In this case . . . we clarify the proof required under the amendment to the DTPA’s 1979 causation standard. The material change in the statutory language indicates a legislative intent to create a different standard. . . . The Legislature’s amendment of the causation standard in the DTPA to “producing cause” establishes a higher standard for proof of causation in cases brought under the DTPA, including failure to procure insurance cases. See TEX. BUS. & COM. CODE § 17.50.
This case involved a misrepresentation by an insurance agency (Metro) of whether one of its clients (Lin) had insurance coverage. The client sought CGL coverage to protect her against claims arising from some work to be done under contract on a hydroelectric plant.
Later, the government terminated her and called on the surety to finish the project — setting off a chain of lawsuits. The surety then sued the client for indemnity, who in turn demanded that a lawyer from her insurer appear to defend her. But, it turns out, there was no insurer because no insurance policy had been procured by the agency. The client then sued the insurance agency for negligence and a violation of the DTPA.
Metro admits it was negligent but denied causation:
Metro petitioned this Court for review, arguing that both the negligence and DTPA theories require proof of some CGL policy that would have covered the damages, as necessary causation evidence, and that Lin provided no such evidence. Lin agrees that his negligence theory requires such proof, but argues that the DTPA theory does not. He further argues that, even if both theories require this proof of causation, he provided legally sufficient evidence to uphold the jury’s verdict.
Ultimately, the insurance agency’s defense is that there actually was no insurance policy it could have obtained that would have protected Lin against this indemnity claim by a surety.
The Court agreed, concluding that the misrepresentation was not the “producing cause” of Lin’s harm if, in fact, no insurance policy would have provided this coverage:
In this context, the harm would have occurred only if the CGL insurance that Metro agreed to procure would have actually covered the injury suffered by Lin. Otherwise, Lin would have obtained an insurance policy that did not provide coverage for his surety’s claims against him, and the injury would have been the same regardless of whether Metro procured the insurance or not. Therefore, the more stringent causation standard of the current DTPA statute requires proof that the coverage sought was actually available in a CGL policy, as sought by Lin.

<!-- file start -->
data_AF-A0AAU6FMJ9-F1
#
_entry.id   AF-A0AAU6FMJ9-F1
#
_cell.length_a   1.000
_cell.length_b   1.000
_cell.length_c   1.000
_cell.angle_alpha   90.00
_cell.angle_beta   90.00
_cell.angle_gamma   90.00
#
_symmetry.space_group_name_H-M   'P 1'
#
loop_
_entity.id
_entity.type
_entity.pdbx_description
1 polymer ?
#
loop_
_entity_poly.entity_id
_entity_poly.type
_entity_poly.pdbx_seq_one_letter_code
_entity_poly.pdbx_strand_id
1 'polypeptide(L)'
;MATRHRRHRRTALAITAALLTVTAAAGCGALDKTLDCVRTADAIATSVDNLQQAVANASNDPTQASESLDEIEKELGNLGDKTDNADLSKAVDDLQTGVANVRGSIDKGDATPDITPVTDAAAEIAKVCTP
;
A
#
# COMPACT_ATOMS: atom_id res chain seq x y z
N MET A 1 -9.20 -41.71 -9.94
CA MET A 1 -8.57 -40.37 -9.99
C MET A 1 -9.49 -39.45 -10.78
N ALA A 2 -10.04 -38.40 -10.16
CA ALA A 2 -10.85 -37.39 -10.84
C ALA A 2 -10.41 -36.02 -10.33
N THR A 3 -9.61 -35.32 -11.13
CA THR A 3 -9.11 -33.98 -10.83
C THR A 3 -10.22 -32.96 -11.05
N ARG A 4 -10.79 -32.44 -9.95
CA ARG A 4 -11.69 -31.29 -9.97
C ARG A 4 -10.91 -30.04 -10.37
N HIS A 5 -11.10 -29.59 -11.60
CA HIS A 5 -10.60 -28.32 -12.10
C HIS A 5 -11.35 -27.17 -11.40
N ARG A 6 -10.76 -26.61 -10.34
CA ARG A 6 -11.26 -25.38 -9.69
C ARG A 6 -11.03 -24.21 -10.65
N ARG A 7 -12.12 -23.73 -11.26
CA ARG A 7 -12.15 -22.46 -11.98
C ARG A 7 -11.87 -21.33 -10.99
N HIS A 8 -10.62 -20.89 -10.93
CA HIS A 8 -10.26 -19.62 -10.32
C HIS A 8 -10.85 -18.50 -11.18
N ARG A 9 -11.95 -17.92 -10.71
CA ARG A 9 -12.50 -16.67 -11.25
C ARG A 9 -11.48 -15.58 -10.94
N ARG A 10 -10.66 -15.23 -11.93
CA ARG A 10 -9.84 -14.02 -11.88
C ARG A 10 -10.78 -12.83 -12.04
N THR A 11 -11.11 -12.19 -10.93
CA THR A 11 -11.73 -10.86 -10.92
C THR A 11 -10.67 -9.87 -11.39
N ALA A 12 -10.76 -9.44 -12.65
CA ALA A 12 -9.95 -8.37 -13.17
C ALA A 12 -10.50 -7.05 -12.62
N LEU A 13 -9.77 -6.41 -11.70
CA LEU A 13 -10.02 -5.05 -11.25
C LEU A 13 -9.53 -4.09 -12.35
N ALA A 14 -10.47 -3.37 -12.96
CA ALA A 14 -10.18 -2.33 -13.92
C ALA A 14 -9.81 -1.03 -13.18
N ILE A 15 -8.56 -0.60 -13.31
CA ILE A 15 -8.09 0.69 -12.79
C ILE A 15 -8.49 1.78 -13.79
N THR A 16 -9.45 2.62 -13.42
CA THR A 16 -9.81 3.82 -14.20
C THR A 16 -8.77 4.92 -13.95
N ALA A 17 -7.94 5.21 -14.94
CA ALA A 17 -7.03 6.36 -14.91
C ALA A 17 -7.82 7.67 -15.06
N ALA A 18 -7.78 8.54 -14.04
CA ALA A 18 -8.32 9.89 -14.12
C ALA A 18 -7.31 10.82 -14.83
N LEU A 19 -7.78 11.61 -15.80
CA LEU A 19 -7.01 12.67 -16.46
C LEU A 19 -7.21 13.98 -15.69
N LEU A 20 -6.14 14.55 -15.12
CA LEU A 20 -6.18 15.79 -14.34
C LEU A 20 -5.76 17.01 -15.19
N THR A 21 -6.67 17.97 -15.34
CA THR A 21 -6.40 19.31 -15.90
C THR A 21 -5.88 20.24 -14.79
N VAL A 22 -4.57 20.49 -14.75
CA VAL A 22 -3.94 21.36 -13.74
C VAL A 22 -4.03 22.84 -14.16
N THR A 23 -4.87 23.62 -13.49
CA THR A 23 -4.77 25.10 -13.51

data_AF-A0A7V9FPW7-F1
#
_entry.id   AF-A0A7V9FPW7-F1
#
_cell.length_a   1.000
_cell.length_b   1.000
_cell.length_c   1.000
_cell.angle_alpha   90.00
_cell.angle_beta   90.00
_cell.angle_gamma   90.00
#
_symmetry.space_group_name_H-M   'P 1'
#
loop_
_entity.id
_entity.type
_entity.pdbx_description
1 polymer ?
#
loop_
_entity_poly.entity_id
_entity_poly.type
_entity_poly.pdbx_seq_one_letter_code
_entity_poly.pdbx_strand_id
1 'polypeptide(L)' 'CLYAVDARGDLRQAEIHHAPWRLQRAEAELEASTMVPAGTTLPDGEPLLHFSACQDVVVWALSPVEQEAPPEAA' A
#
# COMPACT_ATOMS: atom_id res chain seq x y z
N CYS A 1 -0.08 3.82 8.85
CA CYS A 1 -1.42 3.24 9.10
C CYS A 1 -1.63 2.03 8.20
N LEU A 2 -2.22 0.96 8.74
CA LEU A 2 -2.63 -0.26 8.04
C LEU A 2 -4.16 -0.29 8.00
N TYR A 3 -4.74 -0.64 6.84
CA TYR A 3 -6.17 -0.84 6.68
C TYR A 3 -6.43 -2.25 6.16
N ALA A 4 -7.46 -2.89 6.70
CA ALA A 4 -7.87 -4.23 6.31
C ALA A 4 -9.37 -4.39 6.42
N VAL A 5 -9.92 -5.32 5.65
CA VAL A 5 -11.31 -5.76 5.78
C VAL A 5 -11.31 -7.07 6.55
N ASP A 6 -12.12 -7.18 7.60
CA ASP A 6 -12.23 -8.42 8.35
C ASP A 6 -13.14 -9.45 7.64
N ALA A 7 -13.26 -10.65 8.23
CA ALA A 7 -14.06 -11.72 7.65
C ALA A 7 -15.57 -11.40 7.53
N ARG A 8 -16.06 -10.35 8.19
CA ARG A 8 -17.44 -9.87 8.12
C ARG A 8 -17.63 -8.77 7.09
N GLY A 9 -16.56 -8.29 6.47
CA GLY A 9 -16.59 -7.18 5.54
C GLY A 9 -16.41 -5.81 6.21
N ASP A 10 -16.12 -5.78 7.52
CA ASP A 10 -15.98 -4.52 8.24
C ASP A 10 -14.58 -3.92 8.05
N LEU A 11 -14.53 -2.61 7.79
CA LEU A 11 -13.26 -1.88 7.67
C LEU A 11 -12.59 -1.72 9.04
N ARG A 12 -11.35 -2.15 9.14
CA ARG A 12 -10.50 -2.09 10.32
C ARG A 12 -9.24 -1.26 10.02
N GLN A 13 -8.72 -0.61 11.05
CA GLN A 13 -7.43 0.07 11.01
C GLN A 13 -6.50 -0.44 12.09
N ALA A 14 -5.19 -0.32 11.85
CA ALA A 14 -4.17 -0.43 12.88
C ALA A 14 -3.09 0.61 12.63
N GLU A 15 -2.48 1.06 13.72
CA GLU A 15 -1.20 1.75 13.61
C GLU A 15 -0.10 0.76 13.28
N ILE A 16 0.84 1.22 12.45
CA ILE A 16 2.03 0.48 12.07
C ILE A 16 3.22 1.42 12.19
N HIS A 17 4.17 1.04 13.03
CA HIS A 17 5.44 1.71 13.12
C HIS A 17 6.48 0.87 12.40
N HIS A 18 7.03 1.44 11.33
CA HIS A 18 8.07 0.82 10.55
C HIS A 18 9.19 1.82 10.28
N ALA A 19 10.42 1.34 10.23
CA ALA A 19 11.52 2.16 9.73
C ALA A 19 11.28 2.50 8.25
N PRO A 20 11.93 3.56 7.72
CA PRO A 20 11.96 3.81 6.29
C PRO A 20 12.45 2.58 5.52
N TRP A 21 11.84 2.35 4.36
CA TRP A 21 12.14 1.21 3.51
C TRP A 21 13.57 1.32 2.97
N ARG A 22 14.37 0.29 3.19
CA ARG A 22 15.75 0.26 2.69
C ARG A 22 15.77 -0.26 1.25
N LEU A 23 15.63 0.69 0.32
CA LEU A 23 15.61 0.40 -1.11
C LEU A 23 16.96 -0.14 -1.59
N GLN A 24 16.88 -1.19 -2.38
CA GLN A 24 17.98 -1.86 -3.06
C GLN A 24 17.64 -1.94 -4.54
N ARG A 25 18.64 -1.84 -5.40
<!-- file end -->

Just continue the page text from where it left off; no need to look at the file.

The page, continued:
The Texas Supreme Court held that Lin did not present legally sufficient evidence that there was some insurance policy that would have covered him. For that reason, the Court held that the DTPA causation standard had not been met and remanded to the trial court to reinstate a verdict in favor of the insurance agency.
Expert’s testimony about a design defect in a clothes dryer was unreliable
The Texas Supreme Court reversed a judgment that a defective clothes dryer made by Whirlpool had caused a house fire that destroyed the plaintiff’s home and killed her son.
At trial, the plaintiff’s expert witness testified that the design of the dryer made it too easy for pieces of lint to come in contact with heated surfaces and then to ignite larger items, such as clothes that might be in the dryer. The expert testified that he relied on reports by the federal Consumer Product Safety Commission and some analysis of the debris.
On appeal, Whirlpool challenged whether the testimony about the design defect given by the plaintiff’s expert witness had been scientifically reliable.
The Texas Supreme Court reversed, holding that that the expert witness’s testimony was not reliable. The Court noted that the expert did not find test results that supported his theory, nor did he conduct his own testing. The Court also criticized the expert’s reliance on the CPSC report because he did not explain how the conclusions of that report were applicable to this dryer, given some divergences in the testimony. (( In particular, the report dealt with dryers that let fairly large pieces of lint come in contact with heating elements, but other evidence here suggested that the possible pieces of lint here would have been smaller and thus would have flamed out much more quickly. ))
The Court’s opinion was written by Justice Johnson. Justice Guzman did not sit on this case.